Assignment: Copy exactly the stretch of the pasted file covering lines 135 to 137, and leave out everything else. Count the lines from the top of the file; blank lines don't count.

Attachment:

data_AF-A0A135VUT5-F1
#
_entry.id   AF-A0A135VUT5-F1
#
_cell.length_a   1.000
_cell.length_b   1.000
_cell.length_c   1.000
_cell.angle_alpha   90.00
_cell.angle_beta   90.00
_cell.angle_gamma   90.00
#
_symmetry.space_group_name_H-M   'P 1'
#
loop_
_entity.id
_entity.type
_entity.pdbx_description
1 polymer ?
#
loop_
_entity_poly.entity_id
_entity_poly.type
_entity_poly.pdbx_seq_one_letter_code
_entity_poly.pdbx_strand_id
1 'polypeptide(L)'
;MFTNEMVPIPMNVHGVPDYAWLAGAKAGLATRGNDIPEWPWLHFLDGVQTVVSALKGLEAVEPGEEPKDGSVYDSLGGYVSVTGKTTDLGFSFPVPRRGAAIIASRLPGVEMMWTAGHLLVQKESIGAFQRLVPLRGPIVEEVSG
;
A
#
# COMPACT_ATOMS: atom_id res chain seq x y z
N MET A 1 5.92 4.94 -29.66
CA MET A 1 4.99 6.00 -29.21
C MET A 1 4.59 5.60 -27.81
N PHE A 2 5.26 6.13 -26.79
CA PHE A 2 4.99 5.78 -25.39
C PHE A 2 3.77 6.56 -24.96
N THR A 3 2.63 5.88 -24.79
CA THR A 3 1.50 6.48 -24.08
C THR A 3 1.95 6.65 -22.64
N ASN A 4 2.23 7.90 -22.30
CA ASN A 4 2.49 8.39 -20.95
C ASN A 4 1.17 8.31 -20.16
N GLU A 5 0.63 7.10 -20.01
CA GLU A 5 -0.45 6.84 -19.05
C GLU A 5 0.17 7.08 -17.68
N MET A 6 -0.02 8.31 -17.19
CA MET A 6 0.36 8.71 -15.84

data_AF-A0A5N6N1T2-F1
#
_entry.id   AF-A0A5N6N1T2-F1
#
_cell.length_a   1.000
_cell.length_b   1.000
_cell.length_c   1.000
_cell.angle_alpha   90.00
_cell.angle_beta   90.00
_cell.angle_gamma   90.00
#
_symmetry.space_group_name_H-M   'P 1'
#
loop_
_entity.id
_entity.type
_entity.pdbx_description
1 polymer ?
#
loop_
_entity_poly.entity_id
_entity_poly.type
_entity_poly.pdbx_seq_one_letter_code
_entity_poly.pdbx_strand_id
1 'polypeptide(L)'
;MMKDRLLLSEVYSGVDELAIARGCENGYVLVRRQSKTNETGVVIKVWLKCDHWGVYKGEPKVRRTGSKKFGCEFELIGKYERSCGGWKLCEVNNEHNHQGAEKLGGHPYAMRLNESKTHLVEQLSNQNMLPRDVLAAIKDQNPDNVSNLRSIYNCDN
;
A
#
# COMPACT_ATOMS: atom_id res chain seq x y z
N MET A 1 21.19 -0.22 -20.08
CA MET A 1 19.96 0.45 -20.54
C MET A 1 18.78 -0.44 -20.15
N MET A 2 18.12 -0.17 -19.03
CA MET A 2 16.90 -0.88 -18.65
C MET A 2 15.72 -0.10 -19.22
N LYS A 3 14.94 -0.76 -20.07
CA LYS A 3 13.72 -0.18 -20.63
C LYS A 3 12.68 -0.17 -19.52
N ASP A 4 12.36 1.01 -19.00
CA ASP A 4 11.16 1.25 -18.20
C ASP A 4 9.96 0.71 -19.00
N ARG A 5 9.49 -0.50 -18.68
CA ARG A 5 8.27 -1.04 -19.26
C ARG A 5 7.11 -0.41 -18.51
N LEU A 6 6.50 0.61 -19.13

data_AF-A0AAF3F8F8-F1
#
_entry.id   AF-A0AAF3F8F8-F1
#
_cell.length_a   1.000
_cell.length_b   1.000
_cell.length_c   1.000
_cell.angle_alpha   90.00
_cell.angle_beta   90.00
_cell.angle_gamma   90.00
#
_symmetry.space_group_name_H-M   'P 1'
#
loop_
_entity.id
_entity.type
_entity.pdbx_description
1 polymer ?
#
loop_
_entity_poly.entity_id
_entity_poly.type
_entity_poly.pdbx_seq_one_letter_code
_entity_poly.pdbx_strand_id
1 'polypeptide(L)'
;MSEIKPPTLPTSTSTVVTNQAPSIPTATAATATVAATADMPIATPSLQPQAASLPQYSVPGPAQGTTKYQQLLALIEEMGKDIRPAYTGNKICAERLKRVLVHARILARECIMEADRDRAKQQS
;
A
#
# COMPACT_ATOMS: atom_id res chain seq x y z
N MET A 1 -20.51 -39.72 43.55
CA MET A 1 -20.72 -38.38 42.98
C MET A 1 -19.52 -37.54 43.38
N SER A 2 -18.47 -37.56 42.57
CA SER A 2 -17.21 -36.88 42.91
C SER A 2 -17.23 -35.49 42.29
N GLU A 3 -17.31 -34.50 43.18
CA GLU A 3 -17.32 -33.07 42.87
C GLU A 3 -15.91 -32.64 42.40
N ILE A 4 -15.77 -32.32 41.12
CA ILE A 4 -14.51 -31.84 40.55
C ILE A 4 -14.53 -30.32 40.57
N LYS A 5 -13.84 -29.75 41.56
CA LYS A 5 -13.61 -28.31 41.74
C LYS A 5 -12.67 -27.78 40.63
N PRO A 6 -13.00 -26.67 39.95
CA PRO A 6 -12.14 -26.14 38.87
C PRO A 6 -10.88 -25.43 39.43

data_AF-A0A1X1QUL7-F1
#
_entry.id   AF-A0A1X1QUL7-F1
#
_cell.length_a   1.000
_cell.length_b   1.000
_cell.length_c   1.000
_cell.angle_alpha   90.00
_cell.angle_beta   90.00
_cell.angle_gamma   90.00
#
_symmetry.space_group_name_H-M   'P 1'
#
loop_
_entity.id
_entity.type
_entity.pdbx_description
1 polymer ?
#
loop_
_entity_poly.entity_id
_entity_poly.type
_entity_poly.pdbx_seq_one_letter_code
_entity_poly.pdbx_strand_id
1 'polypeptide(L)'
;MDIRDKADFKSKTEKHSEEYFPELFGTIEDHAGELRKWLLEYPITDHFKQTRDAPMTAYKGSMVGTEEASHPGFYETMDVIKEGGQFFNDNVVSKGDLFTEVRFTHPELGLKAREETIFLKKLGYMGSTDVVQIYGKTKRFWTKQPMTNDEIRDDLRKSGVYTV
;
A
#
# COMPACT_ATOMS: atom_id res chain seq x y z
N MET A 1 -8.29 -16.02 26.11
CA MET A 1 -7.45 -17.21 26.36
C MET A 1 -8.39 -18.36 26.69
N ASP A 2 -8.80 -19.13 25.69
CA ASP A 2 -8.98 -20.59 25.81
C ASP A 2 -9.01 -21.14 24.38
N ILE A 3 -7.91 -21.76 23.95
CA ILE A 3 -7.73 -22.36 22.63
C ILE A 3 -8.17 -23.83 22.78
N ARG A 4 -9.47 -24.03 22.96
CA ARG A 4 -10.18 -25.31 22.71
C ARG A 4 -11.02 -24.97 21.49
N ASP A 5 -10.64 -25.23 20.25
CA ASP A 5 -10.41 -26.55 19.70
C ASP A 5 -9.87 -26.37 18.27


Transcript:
C ILE A 4 -14.53 -30.32 40.57
N LYS A 5 -13.84 -29.75 41.56
CA LYS A 5 -13.61 -28.31 41.74